The JCA’s revenue generating capacity is a direct function of the size of the tax base – the CIF value of imports (which is impacted by trade volumes and rate of exchange), tax measures introduced by the Government of Jamaica, and compliance initiatives by the JCA.

As at September 30, 2016, the total net revenue generated by the JCA was $93.364B or 3.2 per cent or $2.898B above the target of $90.466B. This revenue outturn was $13.727B or 17 per cent above the fiscal year’s revenue of $79.637B.

The revenue from General Consumption Tax (GCT) accounted for 39 per cent of the year-to-date net revenue, while Special Consumption Tax (SCT) and Import Duty (ID) accounted for 25 per cent ($23.677B/$93.364B) and 19 per cent ($17.375B/$93.364B) respectively.

The Customs Administration Fee (CAF) accounted for only 7 per cent ($6.653B/93.364B) of the year-to-date net revenue. In keeping with the Government’s thrust to incentivise growth enhancing sectors of the economy, CAF revenue has been reduced by discounted CAF rates to sectors such as manufacturing, bauxite and petroleum. As such, CAF revenue’s contribution to the total Agency revenue has declined from 9 per cent in FY13/14 to 8 per cent in FY14/15 with a further decline to 7 per cent in both FY15/16 and FY16/17.  The effective CAF rate is steadily being reduced to stimulate and sustain economic growth. 

Of the total cost to move cargo from the Port to Free Zone as cited by the Observer, it must be emphasised that only approximately 46 per cent would accrue to the Jamaica Customs Agency, the remainder being port related fees.

As it relates to the implementation of the Automated System for Customs Data, ASYCUDA, within the JCA, Jamaica is one of 90 countries world-wide using the ASYCUDA System.  This includes all CARICOM member states, the latest being Antigua which has the Customs Automated System (CASE), which also preceded the implementation of ASYCUDA World in Jamaica.  Panama is the latest Customs Administration in the region to express an interest in the implementation and use of ASYCUDA.  Of the 90 countries making use of the varying versions, currently 72 countries use the ASYCUDA World version as is the case in Jamaica. 

The implementation of ASYCUDA World which resulted in revolutionised improvements in conducting business with Customs has been extremely successful to date. This is evidenced in the 2017 World Bank Doing Business Report:

Both Grenada and Jamaica made significant upgrades to their electronic platforms, resulting in a substantial decrease in the time required for international trade processes. Their systems allow for the electronic submission of customs declarations and supporting trade documents. As a result, customs brokers no longer need to go to several customs clearance officers or government agencies to validate documents.”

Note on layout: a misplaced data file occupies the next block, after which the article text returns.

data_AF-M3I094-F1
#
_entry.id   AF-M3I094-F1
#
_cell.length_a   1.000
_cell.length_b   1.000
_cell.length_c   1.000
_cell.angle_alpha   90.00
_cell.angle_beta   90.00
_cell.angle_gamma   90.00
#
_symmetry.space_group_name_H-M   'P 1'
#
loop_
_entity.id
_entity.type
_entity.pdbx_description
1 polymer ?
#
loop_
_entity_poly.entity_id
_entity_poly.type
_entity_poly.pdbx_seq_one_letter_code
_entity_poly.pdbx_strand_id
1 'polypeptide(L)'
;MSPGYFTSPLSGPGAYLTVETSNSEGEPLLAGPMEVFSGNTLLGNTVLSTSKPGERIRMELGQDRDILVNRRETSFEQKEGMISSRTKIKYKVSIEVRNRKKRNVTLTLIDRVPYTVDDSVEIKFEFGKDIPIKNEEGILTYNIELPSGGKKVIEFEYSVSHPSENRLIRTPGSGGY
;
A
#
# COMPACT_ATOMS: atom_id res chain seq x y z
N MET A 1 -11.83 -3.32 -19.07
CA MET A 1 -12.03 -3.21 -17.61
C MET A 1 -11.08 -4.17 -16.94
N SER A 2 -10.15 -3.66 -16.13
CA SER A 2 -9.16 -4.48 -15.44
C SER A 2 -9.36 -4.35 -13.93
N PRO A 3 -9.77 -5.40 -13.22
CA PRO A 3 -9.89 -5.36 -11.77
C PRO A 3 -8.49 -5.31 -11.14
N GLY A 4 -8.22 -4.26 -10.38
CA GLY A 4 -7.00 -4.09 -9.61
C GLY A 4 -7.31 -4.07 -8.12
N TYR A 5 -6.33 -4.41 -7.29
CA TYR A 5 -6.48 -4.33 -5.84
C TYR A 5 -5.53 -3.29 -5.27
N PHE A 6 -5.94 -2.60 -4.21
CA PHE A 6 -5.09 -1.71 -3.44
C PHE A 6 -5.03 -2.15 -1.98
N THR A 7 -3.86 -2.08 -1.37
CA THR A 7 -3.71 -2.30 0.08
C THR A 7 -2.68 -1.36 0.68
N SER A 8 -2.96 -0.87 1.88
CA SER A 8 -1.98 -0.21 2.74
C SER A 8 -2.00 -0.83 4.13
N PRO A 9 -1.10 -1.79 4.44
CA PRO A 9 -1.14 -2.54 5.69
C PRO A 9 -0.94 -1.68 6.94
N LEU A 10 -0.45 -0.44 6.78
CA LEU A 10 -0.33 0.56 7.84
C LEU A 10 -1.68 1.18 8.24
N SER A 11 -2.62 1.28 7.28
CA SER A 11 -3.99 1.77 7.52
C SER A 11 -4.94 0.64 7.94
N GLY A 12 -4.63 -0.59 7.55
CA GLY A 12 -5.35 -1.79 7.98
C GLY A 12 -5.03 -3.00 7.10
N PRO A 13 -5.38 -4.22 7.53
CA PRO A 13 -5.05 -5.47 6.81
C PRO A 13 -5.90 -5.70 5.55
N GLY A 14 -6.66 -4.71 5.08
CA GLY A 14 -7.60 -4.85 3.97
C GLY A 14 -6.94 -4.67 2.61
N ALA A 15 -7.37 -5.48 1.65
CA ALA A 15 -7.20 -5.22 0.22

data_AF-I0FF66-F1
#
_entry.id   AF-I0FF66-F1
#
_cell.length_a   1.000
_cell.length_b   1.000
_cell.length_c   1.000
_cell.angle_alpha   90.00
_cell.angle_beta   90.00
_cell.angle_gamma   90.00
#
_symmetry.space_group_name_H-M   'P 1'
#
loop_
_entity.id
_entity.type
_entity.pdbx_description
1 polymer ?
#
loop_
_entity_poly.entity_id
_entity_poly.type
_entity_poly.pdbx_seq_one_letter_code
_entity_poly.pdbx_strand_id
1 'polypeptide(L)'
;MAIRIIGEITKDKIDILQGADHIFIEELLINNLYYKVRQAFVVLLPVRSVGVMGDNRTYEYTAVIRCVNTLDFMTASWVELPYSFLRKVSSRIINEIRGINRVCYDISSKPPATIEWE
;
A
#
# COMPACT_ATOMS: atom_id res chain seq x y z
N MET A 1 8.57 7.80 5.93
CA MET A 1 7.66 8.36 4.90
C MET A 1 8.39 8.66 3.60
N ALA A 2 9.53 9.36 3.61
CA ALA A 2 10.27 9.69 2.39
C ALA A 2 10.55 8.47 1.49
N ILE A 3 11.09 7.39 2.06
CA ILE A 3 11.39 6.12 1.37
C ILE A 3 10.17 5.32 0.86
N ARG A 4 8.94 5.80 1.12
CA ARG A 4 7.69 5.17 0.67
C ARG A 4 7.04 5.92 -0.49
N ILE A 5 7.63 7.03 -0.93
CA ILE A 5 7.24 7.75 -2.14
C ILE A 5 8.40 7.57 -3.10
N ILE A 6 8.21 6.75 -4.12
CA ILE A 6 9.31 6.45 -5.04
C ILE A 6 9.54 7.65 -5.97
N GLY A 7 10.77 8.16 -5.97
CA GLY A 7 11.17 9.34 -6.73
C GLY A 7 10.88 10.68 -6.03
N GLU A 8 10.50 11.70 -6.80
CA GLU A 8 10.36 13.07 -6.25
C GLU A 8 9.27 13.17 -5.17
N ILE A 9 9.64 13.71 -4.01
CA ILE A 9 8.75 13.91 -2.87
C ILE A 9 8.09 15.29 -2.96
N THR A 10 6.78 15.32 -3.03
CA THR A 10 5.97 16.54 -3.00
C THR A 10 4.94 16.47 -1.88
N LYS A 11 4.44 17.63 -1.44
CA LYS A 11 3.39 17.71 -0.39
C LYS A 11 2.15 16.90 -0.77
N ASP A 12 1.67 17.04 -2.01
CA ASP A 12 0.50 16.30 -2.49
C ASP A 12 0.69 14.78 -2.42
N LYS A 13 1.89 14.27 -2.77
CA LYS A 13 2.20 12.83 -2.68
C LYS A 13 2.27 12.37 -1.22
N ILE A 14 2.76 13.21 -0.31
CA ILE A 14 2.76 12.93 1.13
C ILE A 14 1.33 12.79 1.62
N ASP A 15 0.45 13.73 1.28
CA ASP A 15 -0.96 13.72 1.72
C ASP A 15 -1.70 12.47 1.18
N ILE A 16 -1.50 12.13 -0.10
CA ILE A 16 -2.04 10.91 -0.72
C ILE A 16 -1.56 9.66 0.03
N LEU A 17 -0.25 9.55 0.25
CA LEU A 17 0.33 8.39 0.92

This has resulted in a greater positive outlook for trading across borders in Jamaica. (Jamaica now ranks 67thcompared to 90th position when the ASYCUDA project commenced in 2014). The Agency supported by the multilaterals such as the International Monetary Fund (IMF) and World Bank foresees greater insights and improvement in Jamaica’s trade and economy that could be achieved with the expected integration of ASYCUDA World and PCS.

While three (3) agents of the Shipping Association have raised issues concerning the confidentiality of information in ASYCUDA, there has been no evidence to substantiate any breaches to-date.  That is, no entity has been able to provide evidence of its information being seen or used by unauthorised persons. 

The system mandates the agent of a ship or aircraft to authorise access to Co-loaders, Non-Vessel Operating Common Carriers (NVOCCs), Freight Forwarders and sub-agents using the entities Taxpayer Registration Number (TRN). The approval permits these entities to access pertinent information only pertaining to their cargo for further processing at the varying levels of the logistics and supply chain. Formal declarations can only then be submitted to the Agency for subsequent clearance of cargo. 

The United Nations Conference on Trade and Development (UNCTAD) has confirmed that no other country has had issues or claims regarding information being seen by competitors.  It is also important to note that many of the shipping lines, including the major ones operating in these countries, are the same operating in Jamaica.  Hence, any issue or claim regarding information being viewable by competitors would be unprecedented to UNCTAD in its implementation of the ASYCUDA System over the last 30 years.

The Jamaica Customs Agency wishes to take this opportunity to reassure its valid clients and stakeholders of its commitment to fostering an environment for a more efficient and transparent means of doing business.